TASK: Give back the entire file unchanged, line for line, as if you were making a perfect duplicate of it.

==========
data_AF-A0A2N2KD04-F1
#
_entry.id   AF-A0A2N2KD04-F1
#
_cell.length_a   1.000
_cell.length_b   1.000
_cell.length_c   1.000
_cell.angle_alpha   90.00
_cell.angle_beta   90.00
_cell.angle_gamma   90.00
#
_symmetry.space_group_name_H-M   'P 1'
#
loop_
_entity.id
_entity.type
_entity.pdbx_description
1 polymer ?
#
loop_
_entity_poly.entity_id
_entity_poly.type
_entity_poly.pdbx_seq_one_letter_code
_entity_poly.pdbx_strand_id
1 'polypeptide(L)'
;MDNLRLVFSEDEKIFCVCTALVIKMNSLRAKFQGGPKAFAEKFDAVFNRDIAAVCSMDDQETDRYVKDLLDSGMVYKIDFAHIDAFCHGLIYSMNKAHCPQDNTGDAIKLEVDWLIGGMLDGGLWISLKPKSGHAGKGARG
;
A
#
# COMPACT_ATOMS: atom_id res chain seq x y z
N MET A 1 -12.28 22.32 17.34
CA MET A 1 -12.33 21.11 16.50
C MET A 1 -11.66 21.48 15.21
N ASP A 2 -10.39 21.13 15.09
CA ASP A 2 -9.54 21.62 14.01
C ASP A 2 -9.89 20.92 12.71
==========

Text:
data_AF-A0A2N2KD04-F1
#
_entry.id   AF-A0A2N2KD04-F1
#
_cell.length_a   1.000
_cell.length_b   1.000
_cell.length_c   1.000
_cell.angle_alpha   90.00
_cell.angle_beta   90.00
_cell.angle_gamma   90.00
#
_symmetry.space_group_name_H-M   'P 1'
#
loop_
_entity.id
_entity.type
_entity.pdbx_description
1 polymer ?
#
loop_
_entity_poly.entity_id
_entity_poly.type
_entity_poly.pdbx_seq_one_letter_code
_entity_poly.pdbx_strand_id
1 'polypeptide(L)'
;MDNLRLVFSEDEKIFCVCTALVIKMNSLRAKFQGGPKAFAEKFDAVFNRDIAAVCSMDDQETDRYVKDLLDSGMVYKIDFAHIDAFCHGLIYSMNKAHCPQDNTGDAIKLEVDWLIGGMLDGGLWISLKPKSGHAGKGARG
;
A
#
# COMPACT_ATOMS: atom_id res chain seq x y z
N MET A 1 -12.28 22.32 17.34
CA MET A 1 -12.33 21.11 16.50
C MET A 1 -11.66 21.48 15.21
N ASP A 2 -10.39 21.13 15.09
CA ASP A 2 -9.54 21.62 14.01
C ASP A 2 -9.89 20.92 12.71